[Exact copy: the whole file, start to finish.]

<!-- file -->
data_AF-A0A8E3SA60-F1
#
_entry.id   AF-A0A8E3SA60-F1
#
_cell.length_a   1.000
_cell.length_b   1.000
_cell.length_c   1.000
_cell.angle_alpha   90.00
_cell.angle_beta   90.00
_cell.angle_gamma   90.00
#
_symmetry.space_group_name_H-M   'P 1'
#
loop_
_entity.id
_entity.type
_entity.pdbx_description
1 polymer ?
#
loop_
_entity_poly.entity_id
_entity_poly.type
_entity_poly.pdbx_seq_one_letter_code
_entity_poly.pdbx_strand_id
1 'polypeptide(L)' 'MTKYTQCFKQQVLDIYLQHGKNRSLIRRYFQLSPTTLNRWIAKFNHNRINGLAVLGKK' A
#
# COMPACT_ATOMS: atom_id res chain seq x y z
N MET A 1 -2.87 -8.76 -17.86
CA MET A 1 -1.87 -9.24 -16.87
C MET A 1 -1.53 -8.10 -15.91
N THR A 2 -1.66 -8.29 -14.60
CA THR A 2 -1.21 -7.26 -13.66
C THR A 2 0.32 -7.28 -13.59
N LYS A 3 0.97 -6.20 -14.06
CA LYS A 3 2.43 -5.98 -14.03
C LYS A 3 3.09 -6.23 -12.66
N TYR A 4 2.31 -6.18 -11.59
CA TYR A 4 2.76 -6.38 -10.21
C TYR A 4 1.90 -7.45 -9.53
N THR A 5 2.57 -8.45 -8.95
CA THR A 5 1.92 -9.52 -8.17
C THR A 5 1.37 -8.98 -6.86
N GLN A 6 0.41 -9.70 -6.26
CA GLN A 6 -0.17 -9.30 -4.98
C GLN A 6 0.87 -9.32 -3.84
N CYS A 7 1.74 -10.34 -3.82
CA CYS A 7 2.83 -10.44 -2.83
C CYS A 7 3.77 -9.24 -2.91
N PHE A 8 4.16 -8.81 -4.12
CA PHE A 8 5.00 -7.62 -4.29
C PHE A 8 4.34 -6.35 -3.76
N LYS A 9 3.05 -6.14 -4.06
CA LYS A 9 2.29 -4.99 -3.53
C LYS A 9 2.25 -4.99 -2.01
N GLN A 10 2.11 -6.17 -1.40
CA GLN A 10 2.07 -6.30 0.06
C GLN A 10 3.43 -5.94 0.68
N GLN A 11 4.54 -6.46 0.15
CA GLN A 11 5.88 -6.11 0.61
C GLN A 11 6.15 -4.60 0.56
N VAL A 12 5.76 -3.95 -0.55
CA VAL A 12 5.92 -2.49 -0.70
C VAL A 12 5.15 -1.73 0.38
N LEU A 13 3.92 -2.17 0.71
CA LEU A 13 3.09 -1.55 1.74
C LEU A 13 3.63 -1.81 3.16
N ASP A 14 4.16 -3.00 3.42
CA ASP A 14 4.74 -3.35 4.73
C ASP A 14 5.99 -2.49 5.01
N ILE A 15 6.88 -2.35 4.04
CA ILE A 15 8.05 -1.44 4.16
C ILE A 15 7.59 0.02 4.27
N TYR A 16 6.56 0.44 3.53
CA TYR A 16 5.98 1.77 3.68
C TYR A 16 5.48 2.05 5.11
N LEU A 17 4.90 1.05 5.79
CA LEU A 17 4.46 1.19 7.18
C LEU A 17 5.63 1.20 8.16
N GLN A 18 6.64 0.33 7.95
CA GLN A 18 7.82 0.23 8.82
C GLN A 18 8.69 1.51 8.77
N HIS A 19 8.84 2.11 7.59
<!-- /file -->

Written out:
data_AF-A0A8E3SA60-F1
#
_entry.id   AF-A0A8E3SA60-F1
#
_cell.length_a   1.000
_cell.length_b   1.000
_cell.length_c   1.000
_cell.angle_alpha   90.00
_cell.angle_beta   90.00
_cell.angle_gamma   90.00
#
_symmetry.space_group_name_H-M   'P 1'
#
loop_
_entity.id
_entity.type
_entity.pdbx_description
1 polymer ?
#
loop_
_entity_poly.entity_id
_entity_poly.type
_entity_poly.pdbx_seq_one_letter_code
_entity_poly.pdbx_strand_id
1 'polypeptide(L)' 'MTKYTQCFKQQVLDIYLQHGKNRSLIRRYFQLSPTTLNRWIAKFNHNRINGLAVLGKK' A
#
# COMPACT_ATOMS: atom_id res chain seq x y z
N MET A 1 -2.87 -8.76 -17.86
CA MET A 1 -1.87 -9.24 -16.87
C MET A 1 -1.53 -8.10 -15.91
N THR A 2 -1.66 -8.29 -14.60
CA THR A 2 -1.21 -7.26 -13.66
C THR A 2 0.32 -7.28 -13.59
N LYS A 3 0.97 -6.20 -14.06
CA LYS A 3 2.43 -5.98 -14.03
C LYS A 3 3.09 -6.23 -12.66
N TYR A 4 2.31 -6.18 -11.59
CA TYR A 4 2.76 -6.38 -10.21
C TYR A 4 1.90 -7.45 -9.53
N THR A 5 2.57 -8.45 -8.95
CA THR A 5 1.92 -9.52 -8.17
C THR A 5 1.37 -8.98 -6.86
N GLN A 6 0.41 -9.70 -6.26
CA GLN A 6 -0.17 -9.30 -4.98
C GLN A 6 0.87 -9.32 -3.84
N CYS A 7 1.74 -10.34 -3.82
CA CYS A 7 2.83 -10.44 -2.83
C CYS A 7 3.77 -9.24 -2.91
N PHE A 8 4.16 -8.81 -4.12
CA PHE A 8 5.00 -7.62 -4.29
C PHE A 8 4.34 -6.35 -3.76
N LYS A 9 3.05 -6.14 -4.06
CA LYS A 9 2.29 -4.99 -3.53
C LYS A 9 2.25 -4.99 -2.01
N GLN A 10 2.11 -6.17 -1.40
CA GLN A 10 2.07 -6.30 0.06
C GLN A 10 3.43 -5.94 0.68
N GLN A 11 4.54 -6.46 0.15
CA GLN A 11 5.88 -6.11 0.61
C GLN A 11 6.15 -4.60 0.56
N VAL A 12 5.76 -3.95 -0.55
CA VAL A 12 5.92 -2.49 -0.70
C VAL A 12 5.15 -1.73 0.38
N LEU A 13 3.92 -2.17 0.71
CA LEU A 13 3.09 -1.55 1.74
C LEU A 13 3.63 -1.81 3.16
N ASP A 14 4.16 -3.00 3.42
CA ASP A 14 4.74 -3.35 4.73
C ASP A 14 5.99 -2.49 5.01
N ILE A 15 6.88 -2.35 4.04
CA ILE A 15 8.05 -1.44 4.16
C ILE A 15 7.59 0.02 4.27
N TYR A 16 6.56 0.44 3.53
CA TYR A 16 5.98 1.77 3.68
C TYR A 16 5.48 2.05 5.11
N LEU A 17 4.90 1.05 5.79
CA LEU A 17 4.46 1.19 7.18
C LEU A 17 5.63 1.20 8.16
N GLN A 18 6.64 0.33 7.95
CA GLN A 18 7.82 0.23 8.82
C GLN A 18 8.69 1.51 8.77
N HIS A 19 8.84 2.11 7.59